I remember doing the Hancocks many years ago, and the keyword I remember here is steep. Steep up, and steep down. My memory, and the mountains did not disappoint. Slowly and steadily I climbed, and just like 1,000's of times before, I hiked the mountains. I picked a weekend day for these (very unusual for me), but I'm glad I did. The folks I met along the way were wonderful, and the hike was about as pleasant as I've ever been on. This is one of those hikes I hadn't really planned to do, but the night before, last minute, I decided to head up and get it done. So glad I did. I get so busy "planning" my life, I forget to just wing it sometimes. By that, I mean I forget to be spontaneous. I'm getting better at that though. I still have anxiety that rises and falls, which directly effects my choices, but I'm learning to both take care of my needs, and still stretch my comfort zone a little. When you have anxiety, you try to control your circumstances. That way, you can control life's outcomes. But guess what? It's just an illusion. You really can't control any of it. Life is going to happen, however it happens, no matter what. So hence my newer attitude on spontaneity. Life is to be embraced at every moment. Even the unplanned ones.
Sometimes, after we've gone out of our comfort zones enough times, the challenges of life and of the mountains get easier. Cannon was somewhat of a challenging mountain, but for one of the first times, a good challenge. I mean, it was no harder than any of the other peaks, but on this one I had less anxiety about it. I think that it's due to the fact that almost anything is hike-able as long as you're careful and take your time. The other reason being a better attitude toward the whole hike in general. I was in no hurry. I knew if I put one foot in front of the other, I'd get to the summit and back down again in one piece, just like I have a hundred times before. Just like thousands of people on that very trail have done before. I actually felt like a kid scrambling over the large boulders on Kinsman ridge trail. I'm also chomping at the bit to get on to my next hike! A good sign indeed.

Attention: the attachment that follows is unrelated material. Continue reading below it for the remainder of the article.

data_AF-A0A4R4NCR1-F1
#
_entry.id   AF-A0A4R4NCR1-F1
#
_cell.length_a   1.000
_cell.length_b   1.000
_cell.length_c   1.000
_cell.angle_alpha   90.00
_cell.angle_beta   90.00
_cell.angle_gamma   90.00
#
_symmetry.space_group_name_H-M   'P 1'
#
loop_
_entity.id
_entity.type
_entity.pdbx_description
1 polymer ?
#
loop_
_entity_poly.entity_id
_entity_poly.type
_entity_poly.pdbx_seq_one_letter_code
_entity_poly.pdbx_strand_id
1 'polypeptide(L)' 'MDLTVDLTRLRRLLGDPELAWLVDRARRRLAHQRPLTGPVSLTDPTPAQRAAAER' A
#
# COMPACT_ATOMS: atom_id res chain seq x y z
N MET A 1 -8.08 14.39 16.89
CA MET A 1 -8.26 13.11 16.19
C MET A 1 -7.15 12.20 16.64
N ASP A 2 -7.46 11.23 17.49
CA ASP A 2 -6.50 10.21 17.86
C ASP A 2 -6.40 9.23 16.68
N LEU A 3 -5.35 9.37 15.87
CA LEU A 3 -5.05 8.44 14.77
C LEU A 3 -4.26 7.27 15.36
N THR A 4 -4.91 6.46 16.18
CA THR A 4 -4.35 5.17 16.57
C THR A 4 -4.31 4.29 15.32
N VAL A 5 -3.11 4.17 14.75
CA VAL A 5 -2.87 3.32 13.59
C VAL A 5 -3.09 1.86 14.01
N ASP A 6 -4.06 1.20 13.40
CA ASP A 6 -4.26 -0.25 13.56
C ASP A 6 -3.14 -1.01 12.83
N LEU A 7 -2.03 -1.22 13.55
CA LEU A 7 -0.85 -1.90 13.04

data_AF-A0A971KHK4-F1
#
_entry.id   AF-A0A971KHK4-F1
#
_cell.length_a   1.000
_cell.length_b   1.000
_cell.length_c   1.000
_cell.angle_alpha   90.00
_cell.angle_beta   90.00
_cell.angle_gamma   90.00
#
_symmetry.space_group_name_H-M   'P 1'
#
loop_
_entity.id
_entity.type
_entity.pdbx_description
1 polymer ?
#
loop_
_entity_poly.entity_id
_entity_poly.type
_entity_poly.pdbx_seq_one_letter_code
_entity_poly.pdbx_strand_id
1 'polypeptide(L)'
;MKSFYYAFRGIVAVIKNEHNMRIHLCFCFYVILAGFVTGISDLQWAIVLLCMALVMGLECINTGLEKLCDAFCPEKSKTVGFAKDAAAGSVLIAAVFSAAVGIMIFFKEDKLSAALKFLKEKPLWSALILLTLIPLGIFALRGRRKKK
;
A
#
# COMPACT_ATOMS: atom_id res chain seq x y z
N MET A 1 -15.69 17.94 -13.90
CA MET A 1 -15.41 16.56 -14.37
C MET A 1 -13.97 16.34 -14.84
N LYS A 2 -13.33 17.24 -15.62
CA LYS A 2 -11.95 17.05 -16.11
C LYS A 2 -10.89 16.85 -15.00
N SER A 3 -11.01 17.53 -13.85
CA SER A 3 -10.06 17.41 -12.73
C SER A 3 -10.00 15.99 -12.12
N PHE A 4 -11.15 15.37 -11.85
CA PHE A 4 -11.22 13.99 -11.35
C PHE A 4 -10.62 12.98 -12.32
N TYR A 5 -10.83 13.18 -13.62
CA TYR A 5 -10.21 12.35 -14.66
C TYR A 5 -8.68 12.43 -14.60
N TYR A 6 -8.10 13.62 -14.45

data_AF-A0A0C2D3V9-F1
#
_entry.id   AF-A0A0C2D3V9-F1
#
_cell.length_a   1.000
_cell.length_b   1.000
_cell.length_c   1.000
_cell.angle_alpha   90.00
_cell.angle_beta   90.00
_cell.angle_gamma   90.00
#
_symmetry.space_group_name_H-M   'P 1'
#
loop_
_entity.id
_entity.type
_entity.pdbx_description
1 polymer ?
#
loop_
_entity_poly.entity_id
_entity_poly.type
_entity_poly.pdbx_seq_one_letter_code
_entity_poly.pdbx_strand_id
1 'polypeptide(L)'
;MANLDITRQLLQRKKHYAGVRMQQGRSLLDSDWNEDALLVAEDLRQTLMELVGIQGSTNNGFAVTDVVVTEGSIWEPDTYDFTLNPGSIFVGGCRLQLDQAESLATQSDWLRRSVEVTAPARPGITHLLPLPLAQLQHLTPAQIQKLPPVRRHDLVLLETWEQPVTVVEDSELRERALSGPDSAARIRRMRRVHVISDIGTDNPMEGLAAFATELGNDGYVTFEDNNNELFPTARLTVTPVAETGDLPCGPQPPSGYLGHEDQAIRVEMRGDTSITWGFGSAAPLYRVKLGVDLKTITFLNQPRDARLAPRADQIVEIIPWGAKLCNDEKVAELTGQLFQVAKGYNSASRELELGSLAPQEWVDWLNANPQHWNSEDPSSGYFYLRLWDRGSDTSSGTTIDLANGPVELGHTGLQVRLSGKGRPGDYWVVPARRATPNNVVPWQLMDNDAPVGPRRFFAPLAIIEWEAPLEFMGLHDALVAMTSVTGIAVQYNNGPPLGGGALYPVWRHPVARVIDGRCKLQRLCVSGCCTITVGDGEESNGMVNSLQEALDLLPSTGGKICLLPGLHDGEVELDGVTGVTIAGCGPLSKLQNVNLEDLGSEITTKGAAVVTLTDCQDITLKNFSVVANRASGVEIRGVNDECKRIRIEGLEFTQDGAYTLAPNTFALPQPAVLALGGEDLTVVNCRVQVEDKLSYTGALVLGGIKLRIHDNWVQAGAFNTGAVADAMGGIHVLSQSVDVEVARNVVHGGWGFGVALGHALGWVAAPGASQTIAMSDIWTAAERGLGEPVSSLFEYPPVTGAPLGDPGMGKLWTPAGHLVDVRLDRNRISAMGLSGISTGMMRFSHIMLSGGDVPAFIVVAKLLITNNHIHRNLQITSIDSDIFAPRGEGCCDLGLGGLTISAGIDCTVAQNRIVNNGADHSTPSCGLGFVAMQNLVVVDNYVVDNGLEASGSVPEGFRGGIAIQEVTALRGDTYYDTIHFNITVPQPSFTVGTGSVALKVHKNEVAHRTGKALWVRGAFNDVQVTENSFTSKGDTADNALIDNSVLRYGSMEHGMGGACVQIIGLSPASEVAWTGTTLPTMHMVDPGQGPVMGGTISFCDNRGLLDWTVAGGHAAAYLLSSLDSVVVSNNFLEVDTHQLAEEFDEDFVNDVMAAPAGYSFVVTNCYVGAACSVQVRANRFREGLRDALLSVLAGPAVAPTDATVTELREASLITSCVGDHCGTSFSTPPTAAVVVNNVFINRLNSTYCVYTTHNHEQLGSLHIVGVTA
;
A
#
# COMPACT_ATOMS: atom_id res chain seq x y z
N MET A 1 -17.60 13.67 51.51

Mt. Willey is part of a trio of peaks along with Mt. Field and Mt. Tom that most folks claim in one taking. After achieving Tom and Field earlier in the season, I simply didn’t have enough gas to complete Willey. And so it goes. Life presents us with challenges, and some we can conquer, and some we simply leave for another day, and take a different route to get there. As with a lot of these hikes, I simply didn’t think I could muster up the energy early on in the climb. It was steep right off the bat, I was out of shape, and I knew I was going to come upon the infamous “ladders”. A set of 99 steep steps near the end of the hike, that would also challenge my comfort zone in coming down them. They certainly did not disappoint. Both going up, and in coming down. As it was, I kept pressing on, and luckily, the terrain flattened a bit. The hike quickly went from “probably not” to, “I think I can do this one”. The steep and challenging finale to the hike was not easy, nor was necessarily welcomed, but I pressed on. Scared to death at the ladders, heading up, all I could think about was “this is going to suck coming down”. And, as a lot of our fears seem to try to falsely project, it wasn’t all that bad. I froze once or twice, but kept it in my head to just keep moving, keep going. Stop thinking so much, and act.
Is there anything in your life you keep putting off, for fear of the results? A difficult conversation, or job change maybe? Press forward. Fall on your face if you need to, but keep moving.
Hello and welcome.